The Chinese media is reporting today on sweeping changes announced for the nation’s food safety standards.  In a bold statement, a senior health official declared that the new system "is expected to guarantee people’s health and be more compatible with international norms."  The primary focus points of the changes are the amount of pathogenic microorganisms, pesticide residue, microorganism residue, heavy metals and pollutants in food products, as well as the use of food additives are the priority areas.

Some of the changes being touted include:

  • the integration of existing food safety standards, elimination of areas that overlap or contradict each other, and establishment of new standards for areas that previously lacked regulation;
  • transparency in the making of the new system, including subjecting the new system to the opinions of international organizations and other countries, in line with a request from the World Trade Organization (WTO);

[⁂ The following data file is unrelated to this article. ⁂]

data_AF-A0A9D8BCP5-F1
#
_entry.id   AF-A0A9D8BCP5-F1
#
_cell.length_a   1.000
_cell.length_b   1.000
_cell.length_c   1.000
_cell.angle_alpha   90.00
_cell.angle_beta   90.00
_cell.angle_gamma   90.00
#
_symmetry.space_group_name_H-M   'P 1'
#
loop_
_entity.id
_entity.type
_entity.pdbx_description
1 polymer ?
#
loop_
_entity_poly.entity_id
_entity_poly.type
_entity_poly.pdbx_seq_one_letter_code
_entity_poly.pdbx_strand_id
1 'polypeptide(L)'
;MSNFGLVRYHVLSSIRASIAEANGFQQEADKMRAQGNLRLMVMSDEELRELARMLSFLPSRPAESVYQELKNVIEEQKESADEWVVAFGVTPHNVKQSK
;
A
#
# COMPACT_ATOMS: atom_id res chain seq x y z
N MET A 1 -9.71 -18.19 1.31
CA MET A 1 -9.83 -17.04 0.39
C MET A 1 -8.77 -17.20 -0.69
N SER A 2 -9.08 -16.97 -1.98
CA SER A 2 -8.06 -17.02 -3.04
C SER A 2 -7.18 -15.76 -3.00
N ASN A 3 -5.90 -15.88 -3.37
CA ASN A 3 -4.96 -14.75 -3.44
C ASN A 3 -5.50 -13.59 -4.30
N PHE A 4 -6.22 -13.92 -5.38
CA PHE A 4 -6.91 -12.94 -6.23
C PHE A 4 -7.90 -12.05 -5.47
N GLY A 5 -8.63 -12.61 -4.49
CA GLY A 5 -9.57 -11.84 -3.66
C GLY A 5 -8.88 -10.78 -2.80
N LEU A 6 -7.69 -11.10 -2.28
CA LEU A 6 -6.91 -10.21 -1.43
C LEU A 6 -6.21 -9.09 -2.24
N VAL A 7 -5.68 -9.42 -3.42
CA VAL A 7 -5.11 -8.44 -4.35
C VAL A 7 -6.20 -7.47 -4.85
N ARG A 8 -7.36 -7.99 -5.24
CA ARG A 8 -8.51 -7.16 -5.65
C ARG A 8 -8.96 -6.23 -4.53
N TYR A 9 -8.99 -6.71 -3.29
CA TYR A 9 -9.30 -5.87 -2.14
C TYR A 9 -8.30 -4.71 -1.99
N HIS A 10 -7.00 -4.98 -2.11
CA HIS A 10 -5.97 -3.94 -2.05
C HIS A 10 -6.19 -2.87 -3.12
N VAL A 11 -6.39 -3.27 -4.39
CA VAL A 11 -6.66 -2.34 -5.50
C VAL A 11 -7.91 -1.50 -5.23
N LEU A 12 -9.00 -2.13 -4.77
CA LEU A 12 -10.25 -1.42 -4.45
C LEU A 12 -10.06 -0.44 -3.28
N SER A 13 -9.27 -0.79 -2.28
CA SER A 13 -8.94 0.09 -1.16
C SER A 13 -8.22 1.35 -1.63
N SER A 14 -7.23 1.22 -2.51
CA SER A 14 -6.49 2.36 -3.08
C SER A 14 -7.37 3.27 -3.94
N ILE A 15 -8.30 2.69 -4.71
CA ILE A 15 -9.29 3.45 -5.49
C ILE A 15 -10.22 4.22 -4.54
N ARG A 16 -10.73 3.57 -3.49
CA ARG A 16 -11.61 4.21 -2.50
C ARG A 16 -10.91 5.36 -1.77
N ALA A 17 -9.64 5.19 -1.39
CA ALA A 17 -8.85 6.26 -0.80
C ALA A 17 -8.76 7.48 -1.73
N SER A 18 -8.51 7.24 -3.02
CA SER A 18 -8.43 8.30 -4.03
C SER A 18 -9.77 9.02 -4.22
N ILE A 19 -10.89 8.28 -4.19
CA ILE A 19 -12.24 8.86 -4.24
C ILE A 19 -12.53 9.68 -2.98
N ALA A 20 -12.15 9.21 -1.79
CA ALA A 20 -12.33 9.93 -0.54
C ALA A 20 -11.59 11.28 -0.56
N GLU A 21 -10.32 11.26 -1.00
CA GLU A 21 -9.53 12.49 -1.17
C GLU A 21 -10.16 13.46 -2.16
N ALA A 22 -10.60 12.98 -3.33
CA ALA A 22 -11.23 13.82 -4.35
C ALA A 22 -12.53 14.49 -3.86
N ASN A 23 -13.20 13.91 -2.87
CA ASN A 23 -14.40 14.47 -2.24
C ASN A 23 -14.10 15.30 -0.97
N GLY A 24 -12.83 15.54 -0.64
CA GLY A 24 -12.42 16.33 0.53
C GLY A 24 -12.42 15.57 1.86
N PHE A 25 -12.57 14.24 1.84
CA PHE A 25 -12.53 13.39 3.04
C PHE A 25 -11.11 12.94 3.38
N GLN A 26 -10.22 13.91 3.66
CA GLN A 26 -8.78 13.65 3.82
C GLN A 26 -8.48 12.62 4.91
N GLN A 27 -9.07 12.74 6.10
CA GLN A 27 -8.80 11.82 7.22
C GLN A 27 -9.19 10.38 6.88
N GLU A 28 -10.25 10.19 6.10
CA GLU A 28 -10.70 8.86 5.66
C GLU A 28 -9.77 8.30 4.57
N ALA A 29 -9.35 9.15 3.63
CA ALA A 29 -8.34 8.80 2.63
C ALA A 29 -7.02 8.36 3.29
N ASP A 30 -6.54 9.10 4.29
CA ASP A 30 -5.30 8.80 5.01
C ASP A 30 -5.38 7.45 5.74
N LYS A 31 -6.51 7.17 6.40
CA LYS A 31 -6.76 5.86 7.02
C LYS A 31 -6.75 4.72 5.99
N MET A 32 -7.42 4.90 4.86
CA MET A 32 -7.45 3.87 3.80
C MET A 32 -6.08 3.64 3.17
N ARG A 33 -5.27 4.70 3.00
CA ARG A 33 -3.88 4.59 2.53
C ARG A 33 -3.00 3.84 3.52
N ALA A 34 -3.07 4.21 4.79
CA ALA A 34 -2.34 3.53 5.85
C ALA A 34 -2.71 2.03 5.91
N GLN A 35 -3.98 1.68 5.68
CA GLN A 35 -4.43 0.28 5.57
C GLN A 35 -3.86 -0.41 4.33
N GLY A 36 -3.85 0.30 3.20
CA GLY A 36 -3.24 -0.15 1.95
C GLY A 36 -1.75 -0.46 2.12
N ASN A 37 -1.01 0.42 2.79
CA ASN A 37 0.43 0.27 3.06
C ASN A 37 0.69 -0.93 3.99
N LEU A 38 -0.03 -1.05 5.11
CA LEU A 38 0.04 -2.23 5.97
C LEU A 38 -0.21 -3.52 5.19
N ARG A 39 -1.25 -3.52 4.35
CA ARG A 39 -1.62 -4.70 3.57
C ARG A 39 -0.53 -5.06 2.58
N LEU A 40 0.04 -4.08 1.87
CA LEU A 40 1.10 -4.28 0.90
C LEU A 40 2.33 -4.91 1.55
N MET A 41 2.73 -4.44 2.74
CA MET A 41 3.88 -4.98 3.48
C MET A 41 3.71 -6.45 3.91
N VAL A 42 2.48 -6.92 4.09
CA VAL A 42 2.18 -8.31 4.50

• stepping up efforts to establish an efficient food safety coordination mechanism, improve the health emergency response system, and set up a food safety risk-monitoring and assessment system.

In sum, there are a lot of very exciting and potentially excellent elements being discussed that are necessary for a comprehensive food safety system.  All this has me wondering: Is China going to legitimately be in a position to tout itself as having the world’s safest food supply?  Washington, are you paying attention?

Let’s keep our fingers crossed that these changes are actually put into effect and enforced.  After all, China has some of the most impressive and far-reaching environmental laws on the books, but with almost no meaningful enforcement or violation penalties they are essentially worthless.